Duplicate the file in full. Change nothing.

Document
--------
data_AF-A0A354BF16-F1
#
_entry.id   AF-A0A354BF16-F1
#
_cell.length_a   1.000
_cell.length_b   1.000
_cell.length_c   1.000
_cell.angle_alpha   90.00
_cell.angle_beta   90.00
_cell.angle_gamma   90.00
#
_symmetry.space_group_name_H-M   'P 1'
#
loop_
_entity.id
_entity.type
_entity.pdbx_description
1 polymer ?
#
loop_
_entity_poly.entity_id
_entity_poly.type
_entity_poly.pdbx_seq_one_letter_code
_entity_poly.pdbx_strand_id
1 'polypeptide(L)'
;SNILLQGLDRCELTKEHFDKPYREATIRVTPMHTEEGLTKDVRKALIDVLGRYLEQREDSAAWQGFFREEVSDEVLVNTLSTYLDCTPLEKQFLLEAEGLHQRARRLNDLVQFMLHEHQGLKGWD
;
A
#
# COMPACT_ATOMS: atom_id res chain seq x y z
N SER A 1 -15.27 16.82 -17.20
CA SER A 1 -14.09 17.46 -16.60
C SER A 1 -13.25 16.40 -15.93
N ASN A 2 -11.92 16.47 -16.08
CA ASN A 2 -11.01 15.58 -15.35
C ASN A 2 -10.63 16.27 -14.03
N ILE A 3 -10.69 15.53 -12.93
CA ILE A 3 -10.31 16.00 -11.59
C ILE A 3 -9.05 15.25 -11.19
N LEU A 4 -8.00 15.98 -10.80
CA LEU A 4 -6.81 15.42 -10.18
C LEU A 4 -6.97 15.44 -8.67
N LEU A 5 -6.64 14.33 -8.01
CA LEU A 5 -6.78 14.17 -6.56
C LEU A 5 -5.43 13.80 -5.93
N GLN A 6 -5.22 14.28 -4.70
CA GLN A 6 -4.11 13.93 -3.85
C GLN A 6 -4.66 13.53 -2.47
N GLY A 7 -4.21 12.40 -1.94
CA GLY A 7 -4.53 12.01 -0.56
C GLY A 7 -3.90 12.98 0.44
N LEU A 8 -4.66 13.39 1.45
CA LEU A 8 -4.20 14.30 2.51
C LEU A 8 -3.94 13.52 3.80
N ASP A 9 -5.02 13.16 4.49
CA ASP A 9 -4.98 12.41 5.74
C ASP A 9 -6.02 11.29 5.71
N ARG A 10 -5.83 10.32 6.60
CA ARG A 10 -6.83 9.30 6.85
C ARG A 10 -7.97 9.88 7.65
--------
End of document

data_AF-A0A354BF16-F1
#
_entry.id   AF-A0A354BF16-F1
#
_cell.length_a   1.000
_cell.length_b   1.000
_cell.length_c   1.000
_cell.angle_alpha   90.00
_cell.angle_beta   90.00
_cell.angle_gamma   90.00
#
_symmetry.space_group_name_H-M   'P 1'
#
loop_
_entity.id
_entity.type
_entity.pdbx_description
1 polymer ?
#
loop_
_entity_poly.entity_id
_entity_poly.type
_entity_poly.pdbx_seq_one_letter_code
_entity_poly.pdbx_strand_id
1 'polypeptide(L)'
;SNILLQGLDRCELTKEHFDKPYREATIRVTPMHTEEGLTKDVRKALIDVLGRYLEQREDSAAWQGFFREEVSDEVLVNTLSTYLDCTPLEKQFLLEAEGLHQRARRLNDLVQFMLHEHQGLKGWD
;
A
#
# COMPACT_ATOMS: atom_id res chain seq x y z
N SER A 1 -15.27 16.82 -17.20
CA SER A 1 -14.09 17.46 -16.60
C SER A 1 -13.25 16.40 -15.93
N ASN A 2 -11.92 16.47 -16.08
CA ASN A 2 -11.01 15.58 -15.35
C ASN A 2 -10.63 16.27 -14.03
N ILE A 3 -10.69 15.53 -12.93
CA ILE A 3 -10.31 16.00 -11.59
C ILE A 3 -9.05 15.25 -11.19
N LEU A 4 -8.00 15.98 -10.80
CA LEU A 4 -6.81 15.42 -10.18
C LEU A 4 -6.97 15.44 -8.67
N LEU A 5 -6.64 14.33 -8.01
CA LEU A 5 -6.78 14.17 -6.56
C LEU A 5 -5.43 13.80 -5.93
N GLN A 6 -5.22 14.28 -4.70
CA GLN A 6 -4.11 13.93 -3.85
C GLN A 6 -4.66 13.53 -2.47
N GLY A 7 -4.21 12.40 -1.94
CA GLY A 7 -4.53 12.01 -0.56
C GLY A 7 -3.90 12.98 0.44
N LEU A 8 -4.66 13.39 1.45
CA LEU A 8 -4.20 14.30 2.51
C LEU A 8 -3.94 13.52 3.80
N ASP A 9 -5.02 13.16 4.49
CA ASP A 9 -4.98 12.41 5.74
C ASP A 9 -6.02 11.29 5.71
N ARG A 10 -5.83 10.32 6.60
CA ARG A 10 -6.83 9.30 6.85
C ARG A 10 -7.97 9.88 7.65